Wellington Scoop

Flyovers and the Wellywood sign

One word was missing from the Transport Agency’s announcement that next month it will finally tell the public about its plans for changing State Highway One around the Basin Reserve. The word which the Agency chose not to use: flyover.

In spite of widely-discussed reports that the only options will be two versions of a flyover, the Agency still can’t bring itself to use the word. It’s been in unconvincing denial throughout the planning process. In 2009 everyone knew what it was planning (Mayor Prendergast had let the flyover cat out of the bag a year earlier) but its regional director pretended that flyover plans didn’t exist.

Which is a situation which can’t last beyond July 2, when the secrecy will end and locals will be given eight weeks to say what they think about having a flyover built across the southern end of Kent and Cambridge Terraces.

Not that their opinions will necessarily count for much, to go by the experience of Kapiti and Horokiwi. The best the Agency is offering Wellington is that “public feedback will help guide it” in making final decisions. Public feedback is of course strongly opposed to a flyover at the Basin Reserve, which is no doubt the reason why the Agency’s statements have been so consistent in avoiding the subject.

Public opinion has been similarly strong in opposing the Wellywood sign, yet communications from Wellington Airport Limited have been embarrassingly inconsistent in failing to recognise what’s been obvious to everyone else for more than a year.

Consider the airport’s smug and bombastic statement on May 21:
The sign chosen to celebrate and promote Wellington’s iconic film industry is Wellywood. The 8m by 30m edifice will be the city’s newest photo opportunity … Initiatives which will help our tourism industry stand out on the global stage have never been so important, and at Wellington Airport we are proud to do this through celebrating Wellington’s talent and success … The airport has received thousands of suggestions and ideas for a sign … Wellywood proved to be the best fit with the criteria and will be the new look sported by the hillside. Steve Fitzgerald commented, “I expect widespread support for the intent of the sign, even if a Wellywood sign isn’t everyone’s cup of tea.”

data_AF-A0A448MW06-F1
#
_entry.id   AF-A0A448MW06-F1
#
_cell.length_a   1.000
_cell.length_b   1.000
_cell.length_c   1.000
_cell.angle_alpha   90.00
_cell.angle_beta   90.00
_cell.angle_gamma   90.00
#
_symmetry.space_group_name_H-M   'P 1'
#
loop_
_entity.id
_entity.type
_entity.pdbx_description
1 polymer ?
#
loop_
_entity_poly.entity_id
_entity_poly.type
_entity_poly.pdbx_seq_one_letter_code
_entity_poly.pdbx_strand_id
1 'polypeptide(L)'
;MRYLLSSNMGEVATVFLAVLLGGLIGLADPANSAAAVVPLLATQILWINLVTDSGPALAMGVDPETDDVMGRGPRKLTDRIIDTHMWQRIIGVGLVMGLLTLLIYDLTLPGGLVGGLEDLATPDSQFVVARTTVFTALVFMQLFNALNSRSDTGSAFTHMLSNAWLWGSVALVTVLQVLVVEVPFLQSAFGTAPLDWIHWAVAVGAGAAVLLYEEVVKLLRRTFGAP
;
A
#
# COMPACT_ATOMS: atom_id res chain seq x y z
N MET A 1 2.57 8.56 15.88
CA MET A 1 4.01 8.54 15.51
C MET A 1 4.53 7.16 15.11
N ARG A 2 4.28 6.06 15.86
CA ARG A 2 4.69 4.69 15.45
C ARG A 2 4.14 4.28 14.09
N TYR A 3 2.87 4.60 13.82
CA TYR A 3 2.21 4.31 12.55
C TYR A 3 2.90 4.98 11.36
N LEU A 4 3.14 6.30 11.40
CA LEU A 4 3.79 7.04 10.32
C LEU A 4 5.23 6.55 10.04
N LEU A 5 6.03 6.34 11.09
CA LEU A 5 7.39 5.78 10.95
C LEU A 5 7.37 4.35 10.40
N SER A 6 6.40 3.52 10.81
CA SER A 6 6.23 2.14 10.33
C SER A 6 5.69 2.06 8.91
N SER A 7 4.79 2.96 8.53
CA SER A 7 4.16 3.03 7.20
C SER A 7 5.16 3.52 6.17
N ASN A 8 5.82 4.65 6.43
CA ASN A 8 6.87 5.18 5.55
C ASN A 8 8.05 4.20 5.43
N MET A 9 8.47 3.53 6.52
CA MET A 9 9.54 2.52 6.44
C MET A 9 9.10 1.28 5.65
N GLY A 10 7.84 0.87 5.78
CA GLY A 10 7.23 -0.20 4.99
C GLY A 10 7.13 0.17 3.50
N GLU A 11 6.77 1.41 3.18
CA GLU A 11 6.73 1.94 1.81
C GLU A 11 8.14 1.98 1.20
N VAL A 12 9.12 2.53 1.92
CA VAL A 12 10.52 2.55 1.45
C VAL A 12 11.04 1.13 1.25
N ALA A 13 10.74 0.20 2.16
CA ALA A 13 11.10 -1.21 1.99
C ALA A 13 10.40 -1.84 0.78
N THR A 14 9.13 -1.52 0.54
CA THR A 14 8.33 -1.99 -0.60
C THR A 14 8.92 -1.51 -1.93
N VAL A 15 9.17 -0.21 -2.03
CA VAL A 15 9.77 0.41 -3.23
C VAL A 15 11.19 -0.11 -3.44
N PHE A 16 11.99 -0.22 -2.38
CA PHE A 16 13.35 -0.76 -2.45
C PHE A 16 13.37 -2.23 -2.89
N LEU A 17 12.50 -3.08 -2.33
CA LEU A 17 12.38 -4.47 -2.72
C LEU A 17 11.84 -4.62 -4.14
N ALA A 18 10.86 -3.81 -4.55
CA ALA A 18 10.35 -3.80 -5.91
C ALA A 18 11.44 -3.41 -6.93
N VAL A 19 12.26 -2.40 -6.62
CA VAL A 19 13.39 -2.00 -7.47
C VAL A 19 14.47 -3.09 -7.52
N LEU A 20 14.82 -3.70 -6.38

Then ten days later, a confused and contradictory message after widespread support had failed to eventuate:
…Wellington Airport is responding to the feedback it has received from the Wellington community on the proposed Wellywood sign. We have listened to community views. We are inextricably linked to the Wellington economy and community, and we always strive to act in the best interests of Wellington. The sign has always been about putting Wellington firmly on the map as a film tourism destination and the process to date has exceeded our expectations of international media coverage. The name Wellywood … clearly has opposition. For this reason, we have decided to put options through a community selection process…We will publish the names of the panel members, and the draft terms of reference, shortly. It is our intention to allow Wellingtonians to express their views in a way that counts.

But there’s no indication that public opinion will really count – because the airport isn’t giving up.

Contracted preparatory work for a sign will continue in anticipation of a sign of some description being decided. [But] work has been halted on creating the Wellywood letters.

The airport is as obsessed with its unpopular Wellington sign as the Transport Agency is obsessed with building an unwanted and unnecessary flyover near the Basin Reserve.


  1. Mr W. E. Wood, 14. June 2011, 7:15

    Well we’ll need to improve the roading out to the eastern suburbs so that everyone can go and see the wellywood sign won’t we. Either that or the mass exodus trying to flee it will need a viable escape route.

  2. K, 14. June 2011, 10:42

    Why are you attacking Wellington initiatives that are moving Wellington forward.. if developments such as the road were not arranged Wellington would not be what it is today

  3. Geoff, 15. June 2011, 21:22

    “Public opinion has been similarly strong in opposing the Wellywood sign”

    Maybe it’s me but I don’t see a facebook page with 25,000 people opposing a flyover.

  4. Jamie, 16. June 2011, 19:02

    To ‘K’. What are you talking about? Before we, your readers, can make any informed comment, you will have to do much better than this. Vague, obscure claims or references won’t ‘cut it’. You will need to be much more specific and provide details about exactly what it is to which you are referring. What initiatives? What road developments? Unless you tell us what you mean we won’t be able to conclude whether you’re talking nonsense or not.

  5. Kent Duston, 21. June 2011, 21:42

    Geoff – You’re clearly not looking hard enough. The Save The Basin Reserve campaign has more than 2,500 supporters on Facebook and 800+ people from around the world on its email lists, before the designs for the flyover have even been released by the NZ Transport Agency. Opposition to this ill-considered project is likely to grow substantially when Wellingtonians see how bad it’s going to be – which is presumably why the Transport Agency has been so reticent about sharing the designs.

    K – I know some people think that building roads is “progress” in that archaic 1960s way, but why are you so keen on supporting projects that will lose taxpayers at least $215 million on a state highway network that had a 2% decrease in traffic volumes last year? How is losing money on roads we don’t need “moving Wellington forward”?